The Dirty Dozen (And Does It Really Matter?)


You may have heard of the term “The Dirty Dozen” before, but what does it actually mean? The US based Environmental Working Group (EWG), coined this term referring to their annual list of the most contaminated fruits and vegetables in the United States. But do we actually need to listen and does it hold any weight in Australia?

The EWG has released this list every year since 2004 and their data is based upon thousands of pesticide and insecticide related reports from the US Department of Agriculture as well as the Food & Drug Administration. Unfortunately, for us Aussies we simply don’t have this data available, and although there’s some overlap with the EWG’s findings, it’s too rash to base our assumptions on what we’re putting in our bodies off data we just don't have access to.



The only recent government data we have available for testing dietary exposure to pesticides and chemicals is the 23rd Australian Total Diet Study (ATDS). While the overall recommendations of the study found that “dietary exposure to chemicals from food supply are well within reference health standards”, they still noted which fruits and vegetables contained a higher rate of contaminants, mycotoxins and other chemicals.

Friends of the Earth published their own independent study on the levels of chemicals in Australian produce and found similar results. They also noted that produce imported from India and China is of higher concern due to the use of the sterilising gas Ethylene Chlorohydrin and the insecticide Chlorpyrifos detected most frequently in fruits and vegetables from these countries.

A 2013 RMIT Study found that eating an organic diet for just a week can cause pesticide levels to drop by almost 90% in adults. Dr. Liza Oates published results that saw participants’ urinary dialkylphosphates (DAPs) measurements were 89% lower when they ate an organic diet for seven days compared to a conventional diet for the same amount of time.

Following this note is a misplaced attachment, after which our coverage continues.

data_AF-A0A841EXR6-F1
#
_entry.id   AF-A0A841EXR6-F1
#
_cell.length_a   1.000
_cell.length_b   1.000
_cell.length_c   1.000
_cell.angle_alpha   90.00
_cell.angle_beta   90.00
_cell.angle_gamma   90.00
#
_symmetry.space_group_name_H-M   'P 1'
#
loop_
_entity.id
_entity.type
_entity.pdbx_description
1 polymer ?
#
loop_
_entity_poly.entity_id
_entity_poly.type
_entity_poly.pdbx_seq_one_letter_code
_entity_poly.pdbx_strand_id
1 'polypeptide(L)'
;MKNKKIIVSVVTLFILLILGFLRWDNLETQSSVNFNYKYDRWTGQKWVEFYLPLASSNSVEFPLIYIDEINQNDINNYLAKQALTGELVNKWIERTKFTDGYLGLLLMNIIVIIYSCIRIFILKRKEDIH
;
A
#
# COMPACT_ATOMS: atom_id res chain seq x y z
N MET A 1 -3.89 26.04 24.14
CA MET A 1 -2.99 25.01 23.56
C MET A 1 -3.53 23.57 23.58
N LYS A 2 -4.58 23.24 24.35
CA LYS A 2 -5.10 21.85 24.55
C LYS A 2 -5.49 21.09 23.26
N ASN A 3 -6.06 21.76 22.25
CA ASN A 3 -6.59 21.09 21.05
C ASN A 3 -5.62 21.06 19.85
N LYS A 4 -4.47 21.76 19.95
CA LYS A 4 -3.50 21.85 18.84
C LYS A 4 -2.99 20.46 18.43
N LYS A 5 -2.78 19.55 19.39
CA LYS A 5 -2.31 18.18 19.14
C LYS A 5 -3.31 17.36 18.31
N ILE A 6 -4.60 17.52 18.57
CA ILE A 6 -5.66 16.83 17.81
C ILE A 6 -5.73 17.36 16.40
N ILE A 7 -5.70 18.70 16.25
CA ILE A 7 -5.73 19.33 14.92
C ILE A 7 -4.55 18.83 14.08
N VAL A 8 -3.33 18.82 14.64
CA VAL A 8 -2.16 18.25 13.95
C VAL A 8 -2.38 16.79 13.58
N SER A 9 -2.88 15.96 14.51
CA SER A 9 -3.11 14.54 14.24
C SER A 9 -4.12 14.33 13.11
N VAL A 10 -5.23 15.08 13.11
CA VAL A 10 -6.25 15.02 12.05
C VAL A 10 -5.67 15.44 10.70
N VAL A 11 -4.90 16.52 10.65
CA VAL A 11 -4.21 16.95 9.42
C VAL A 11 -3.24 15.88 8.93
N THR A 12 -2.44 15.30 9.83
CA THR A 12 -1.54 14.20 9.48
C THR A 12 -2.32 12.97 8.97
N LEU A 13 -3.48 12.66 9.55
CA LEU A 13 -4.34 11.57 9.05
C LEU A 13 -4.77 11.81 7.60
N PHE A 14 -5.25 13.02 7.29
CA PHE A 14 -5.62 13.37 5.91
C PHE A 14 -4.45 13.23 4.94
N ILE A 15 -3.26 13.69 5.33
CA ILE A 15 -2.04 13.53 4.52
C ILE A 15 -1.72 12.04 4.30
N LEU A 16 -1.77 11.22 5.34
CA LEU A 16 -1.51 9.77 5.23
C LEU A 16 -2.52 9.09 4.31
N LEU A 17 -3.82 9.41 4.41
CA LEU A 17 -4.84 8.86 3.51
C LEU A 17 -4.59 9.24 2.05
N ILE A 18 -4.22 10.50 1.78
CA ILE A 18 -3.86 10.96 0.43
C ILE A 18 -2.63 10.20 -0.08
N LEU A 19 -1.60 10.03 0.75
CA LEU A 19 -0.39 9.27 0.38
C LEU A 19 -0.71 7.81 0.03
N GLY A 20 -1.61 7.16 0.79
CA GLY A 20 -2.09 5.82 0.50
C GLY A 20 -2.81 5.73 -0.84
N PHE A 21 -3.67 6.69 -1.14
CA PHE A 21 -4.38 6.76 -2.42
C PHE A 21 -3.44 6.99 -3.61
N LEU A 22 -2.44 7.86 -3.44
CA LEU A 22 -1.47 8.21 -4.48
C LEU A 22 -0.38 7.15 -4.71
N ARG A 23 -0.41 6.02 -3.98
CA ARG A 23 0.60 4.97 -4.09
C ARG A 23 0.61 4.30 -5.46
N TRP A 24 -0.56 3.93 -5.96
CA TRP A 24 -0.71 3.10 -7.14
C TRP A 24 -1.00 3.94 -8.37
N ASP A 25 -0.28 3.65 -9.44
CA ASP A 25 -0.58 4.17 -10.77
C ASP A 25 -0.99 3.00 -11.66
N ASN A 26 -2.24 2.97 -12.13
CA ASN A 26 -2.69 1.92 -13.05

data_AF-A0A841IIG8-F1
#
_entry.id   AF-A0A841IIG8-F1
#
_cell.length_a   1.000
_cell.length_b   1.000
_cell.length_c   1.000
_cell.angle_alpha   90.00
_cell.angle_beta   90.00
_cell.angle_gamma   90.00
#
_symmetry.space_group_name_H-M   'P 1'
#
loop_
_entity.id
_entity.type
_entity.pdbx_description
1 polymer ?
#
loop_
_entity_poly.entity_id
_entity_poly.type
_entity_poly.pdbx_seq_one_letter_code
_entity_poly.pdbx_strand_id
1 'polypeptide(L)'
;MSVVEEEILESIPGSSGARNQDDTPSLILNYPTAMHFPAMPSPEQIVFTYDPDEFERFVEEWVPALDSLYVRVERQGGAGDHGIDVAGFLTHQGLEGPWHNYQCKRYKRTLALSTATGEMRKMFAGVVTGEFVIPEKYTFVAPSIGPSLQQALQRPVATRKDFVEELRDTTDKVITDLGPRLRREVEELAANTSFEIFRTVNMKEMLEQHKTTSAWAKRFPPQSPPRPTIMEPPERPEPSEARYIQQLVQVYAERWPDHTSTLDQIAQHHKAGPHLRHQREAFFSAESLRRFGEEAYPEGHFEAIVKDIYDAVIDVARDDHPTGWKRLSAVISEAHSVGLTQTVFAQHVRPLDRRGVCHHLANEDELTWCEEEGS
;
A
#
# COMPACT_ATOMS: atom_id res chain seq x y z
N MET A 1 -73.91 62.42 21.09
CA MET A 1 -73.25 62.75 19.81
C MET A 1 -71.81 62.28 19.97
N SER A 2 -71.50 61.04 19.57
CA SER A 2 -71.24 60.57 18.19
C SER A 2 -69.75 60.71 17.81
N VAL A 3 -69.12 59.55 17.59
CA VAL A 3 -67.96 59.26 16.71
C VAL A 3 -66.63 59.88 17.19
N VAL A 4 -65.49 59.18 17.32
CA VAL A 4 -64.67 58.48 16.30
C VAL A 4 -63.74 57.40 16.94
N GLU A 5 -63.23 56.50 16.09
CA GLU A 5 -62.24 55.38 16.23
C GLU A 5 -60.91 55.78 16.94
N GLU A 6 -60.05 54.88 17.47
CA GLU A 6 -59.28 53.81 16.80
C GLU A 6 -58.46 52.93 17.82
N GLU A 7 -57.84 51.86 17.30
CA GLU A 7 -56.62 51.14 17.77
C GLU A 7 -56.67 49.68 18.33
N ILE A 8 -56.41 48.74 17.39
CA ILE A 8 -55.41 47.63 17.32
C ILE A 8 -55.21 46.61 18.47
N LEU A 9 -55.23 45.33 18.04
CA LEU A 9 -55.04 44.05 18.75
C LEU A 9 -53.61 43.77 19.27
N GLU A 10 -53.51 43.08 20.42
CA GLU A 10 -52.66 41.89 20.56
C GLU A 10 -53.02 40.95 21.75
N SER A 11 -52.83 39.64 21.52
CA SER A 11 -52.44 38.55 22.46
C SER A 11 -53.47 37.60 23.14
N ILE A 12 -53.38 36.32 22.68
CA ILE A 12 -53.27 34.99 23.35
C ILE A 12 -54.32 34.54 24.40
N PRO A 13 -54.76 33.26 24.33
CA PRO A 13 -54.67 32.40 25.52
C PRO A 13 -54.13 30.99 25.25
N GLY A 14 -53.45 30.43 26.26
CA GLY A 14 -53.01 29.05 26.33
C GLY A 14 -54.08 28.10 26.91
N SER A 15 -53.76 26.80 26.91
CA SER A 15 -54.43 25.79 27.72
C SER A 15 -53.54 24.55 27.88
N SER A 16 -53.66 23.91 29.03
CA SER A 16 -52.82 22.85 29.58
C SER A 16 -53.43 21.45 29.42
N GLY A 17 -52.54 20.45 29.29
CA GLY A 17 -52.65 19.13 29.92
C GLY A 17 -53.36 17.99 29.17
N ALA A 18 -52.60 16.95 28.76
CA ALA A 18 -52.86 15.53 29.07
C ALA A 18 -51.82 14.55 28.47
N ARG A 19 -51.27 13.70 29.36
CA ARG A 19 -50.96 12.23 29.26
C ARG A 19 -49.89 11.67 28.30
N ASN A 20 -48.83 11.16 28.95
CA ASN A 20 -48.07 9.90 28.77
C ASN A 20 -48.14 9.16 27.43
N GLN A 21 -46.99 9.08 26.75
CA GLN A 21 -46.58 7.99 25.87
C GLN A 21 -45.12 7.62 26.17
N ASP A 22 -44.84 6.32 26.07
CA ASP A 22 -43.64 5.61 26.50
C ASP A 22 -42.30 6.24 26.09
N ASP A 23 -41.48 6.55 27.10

So without further ado, here is a revised and localised list of produce with the highest percentage of pesticide detection in Australia.


1. Apples                        5. Grapes

2. Strawberries              6. Spinach

3. Lettuce                       7. Nectarines

4. Pears                          8. Peaches


Now we’re not saying you should cut out these important fruits and veggies from your diet at all! The residue found was still well below safety guideline levels, plus the nutrients and health benefits of eating a balanced diet greatly outweigh any potential risks. Eating fruits and veggies will never be unhealthy.

A 2011 study from the Journal of Environmental Research and Public Health found that foods with a larger surface area, such as leafy greens, have more room for pesticides to make their way in. Further, fruits and vegetables with skins that we eat, like apples, grapes and berries were also seen to have higher amounts of residual chemicals. Contrasting this, produce with thick skins, like watermelon, pineapple and avocados are less likely to be penetrated by pesticides.

It’s also worth noting that washing produce thoroughly doesn't always get rid of all of the chemical residue, as sometimes it grows into the plant itself. But still make sure to always wash your produce well to remove any bad bacteria left on your food from transport, handling or even being picked up and put back down by other shoppers.

If you’re going to buy Organic Produce, the above list is a good place to start or at least err on the side if caution if you’re going to be purchasing them from a supermarket.

As we’ve said before, in season, local and organic is always best for you, your tastebuds and the environment. But if that's not an option don’t let it stop you from eating fruits and vegetables. The benefits of eating whole foods outweigh any risk of pesticide harm.

Thanks for reading!


Here at Foodlum we're about community, authenticity and the passion of food. If you've enjoyed reading this post, I’d be grateful if you’d help it spread by emailing it to a friend, or sharing it on Twitter or Facebook.


Leave a comment

Please note, comments must be approved before they are published